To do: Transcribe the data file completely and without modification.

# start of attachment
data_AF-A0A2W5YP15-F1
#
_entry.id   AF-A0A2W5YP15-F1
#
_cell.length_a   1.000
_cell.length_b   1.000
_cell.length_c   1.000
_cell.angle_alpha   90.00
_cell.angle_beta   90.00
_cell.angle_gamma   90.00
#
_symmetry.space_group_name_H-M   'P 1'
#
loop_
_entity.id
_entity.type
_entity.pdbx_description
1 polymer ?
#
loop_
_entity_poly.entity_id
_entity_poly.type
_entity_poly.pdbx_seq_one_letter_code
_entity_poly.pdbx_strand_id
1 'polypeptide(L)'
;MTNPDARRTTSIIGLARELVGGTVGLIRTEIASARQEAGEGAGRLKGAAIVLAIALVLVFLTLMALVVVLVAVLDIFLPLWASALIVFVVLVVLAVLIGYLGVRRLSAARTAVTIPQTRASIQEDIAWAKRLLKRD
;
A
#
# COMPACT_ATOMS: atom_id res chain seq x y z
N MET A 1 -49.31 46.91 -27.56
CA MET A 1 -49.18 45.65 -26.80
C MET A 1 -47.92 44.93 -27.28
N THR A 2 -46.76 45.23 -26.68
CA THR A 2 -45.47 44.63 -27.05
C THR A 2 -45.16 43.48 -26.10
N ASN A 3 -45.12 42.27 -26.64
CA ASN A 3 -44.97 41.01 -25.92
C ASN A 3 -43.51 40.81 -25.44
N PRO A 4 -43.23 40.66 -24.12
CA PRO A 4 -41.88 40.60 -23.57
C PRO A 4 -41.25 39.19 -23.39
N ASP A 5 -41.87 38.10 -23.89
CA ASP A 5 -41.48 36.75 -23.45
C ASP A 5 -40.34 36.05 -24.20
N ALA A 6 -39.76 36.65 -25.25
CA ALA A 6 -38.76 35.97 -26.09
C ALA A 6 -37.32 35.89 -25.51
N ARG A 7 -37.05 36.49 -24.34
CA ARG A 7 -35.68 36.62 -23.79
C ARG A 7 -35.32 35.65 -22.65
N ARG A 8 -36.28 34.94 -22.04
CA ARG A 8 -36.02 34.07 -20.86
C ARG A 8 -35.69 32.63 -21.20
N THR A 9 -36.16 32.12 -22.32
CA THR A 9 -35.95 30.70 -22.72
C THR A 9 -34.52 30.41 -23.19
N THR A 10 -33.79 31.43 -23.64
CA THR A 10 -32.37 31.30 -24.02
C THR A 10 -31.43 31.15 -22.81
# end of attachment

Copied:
data_AF-A0A2W5YP15-F1
#
_entry.id   AF-A0A2W5YP15-F1
#
_cell.length_a   1.000
_cell.length_b   1.000
_cell.length_c   1.000
_cell.angle_alpha   90.00
_cell.angle_beta   90.00
_cell.angle_gamma   90.00
#
_symmetry.space_group_name_H-M   'P 1'
#
loop_
_entity.id
_entity.type
_entity.pdbx_description
1 polymer ?
#
loop_
_entity_poly.entity_id
_entity_poly.type
_entity_poly.pdbx_seq_one_letter_code
_entity_poly.pdbx_strand_id
1 'polypeptide(L)'
;MTNPDARRTTSIIGLARELVGGTVGLIRTEIASARQEAGEGAGRLKGAAIVLAIALVLVFLTLMALVVVLVAVLDIFLPLWASALIVFVVLVVLAVLIGYLGVRRLSAARTAVTIPQTRASIQEDIAWAKRLLKRD
;
A
#
# COMPACT_ATOMS: atom_id res chain seq x y z
N MET A 1 -49.31 46.91 -27.56
CA MET A 1 -49.18 45.65 -26.80
C MET A 1 -47.92 44.93 -27.28
N THR A 2 -46.76 45.23 -26.68
CA THR A 2 -45.47 44.63 -27.05
C THR A 2 -45.16 43.48 -26.10
N ASN A 3 -45.12 42.27 -26.64
CA ASN A 3 -44.97 41.01 -25.92
C ASN A 3 -43.51 40.81 -25.44
N PRO A 4 -43.23 40.66 -24.12
CA PRO A 4 -41.88 40.60 -23.57
C PRO A 4 -41.25 39.19 -23.39
N ASP A 5 -41.87 38.10 -23.89
CA ASP A 5 -41.48 36.75 -23.45
C ASP A 5 -40.34 36.05 -24.20
N ALA A 6 -39.76 36.65 -25.25
CA ALA A 6 -38.76 35.97 -26.09
C ALA A 6 -37.32 35.89 -25.51
N ARG A 7 -37.05 36.49 -24.34
CA ARG A 7 -35.68 36.62 -23.79
C ARG A 7 -35.32 35.65 -22.65
N ARG A 8 -36.28 34.94 -22.04
CA ARG A 8 -36.02 34.07 -20.86
C ARG A 8 -35.69 32.63 -21.20
N THR A 9 -36.16 32.12 -22.32
CA THR A 9 -35.95 30.70 -22.72
C THR A 9 -34.52 30.41 -23.19
N THR A 10 -33.79 31.43 -23.64
CA THR A 10 -32.37 31.30 -24.02
C THR A 10 -31.43 31.15 -22.81